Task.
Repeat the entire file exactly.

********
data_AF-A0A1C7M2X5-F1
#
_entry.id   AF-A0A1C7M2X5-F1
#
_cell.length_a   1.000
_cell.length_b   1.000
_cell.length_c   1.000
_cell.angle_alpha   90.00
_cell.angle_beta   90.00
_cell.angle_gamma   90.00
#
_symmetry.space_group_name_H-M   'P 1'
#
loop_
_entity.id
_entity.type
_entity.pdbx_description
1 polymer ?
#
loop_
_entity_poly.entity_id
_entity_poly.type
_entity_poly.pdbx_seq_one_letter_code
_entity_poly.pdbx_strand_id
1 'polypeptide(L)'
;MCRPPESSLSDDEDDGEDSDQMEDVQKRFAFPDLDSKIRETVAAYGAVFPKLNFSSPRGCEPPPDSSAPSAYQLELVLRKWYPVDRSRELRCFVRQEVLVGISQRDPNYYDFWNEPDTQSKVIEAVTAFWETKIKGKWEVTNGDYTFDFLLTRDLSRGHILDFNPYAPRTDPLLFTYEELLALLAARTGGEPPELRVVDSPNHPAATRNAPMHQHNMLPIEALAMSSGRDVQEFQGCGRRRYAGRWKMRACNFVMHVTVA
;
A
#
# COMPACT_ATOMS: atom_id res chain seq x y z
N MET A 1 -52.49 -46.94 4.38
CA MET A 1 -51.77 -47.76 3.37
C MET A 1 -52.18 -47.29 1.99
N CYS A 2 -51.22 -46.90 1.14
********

data_AF-A0A1C7M2X5-F1
#
_entry.id   AF-A0A1C7M2X5-F1
#
_cell.length_a   1.000
_cell.length_b   1.000
_cell.length_c   1.000
_cell.angle_alpha   90.00
_cell.angle_beta   90.00
_cell.angle_gamma   90.00
#
_symmetry.space_group_name_H-M   'P 1'
#
loop_
_entity.id
_entity.type
_entity.pdbx_description
1 polymer ?
#
loop_
_entity_poly.entity_id
_entity_poly.type
_entity_poly.pdbx_seq_one_letter_code
_entity_poly.pdbx_strand_id
1 'polypeptide(L)'
;MCRPPESSLSDDEDDGEDSDQMEDVQKRFAFPDLDSKIRETVAAYGAVFPKLNFSSPRGCEPPPDSSAPSAYQLELVLRKWYPVDRSRELRCFVRQEVLVGISQRDPNYYDFWNEPDTQSKVIEAVTAFWETKIKGKWEVTNGDYTFDFLLTRDLSRGHILDFNPYAPRTDPLLFTYEELLALLAARTGGEPPELRVVDSPNHPAATRNAPMHQHNMLPIEALAMSSGRDVQEFQGCGRRRYAGRWKMRACNFVMHVTVA
;
A
#
# COMPACT_ATOMS: atom_id res chain seq x y z
N MET A 1 -52.49 -46.94 4.38
CA MET A 1 -51.77 -47.76 3.37
C MET A 1 -52.18 -47.29 1.99
N CYS A 2 -51.22 -46.90 1.14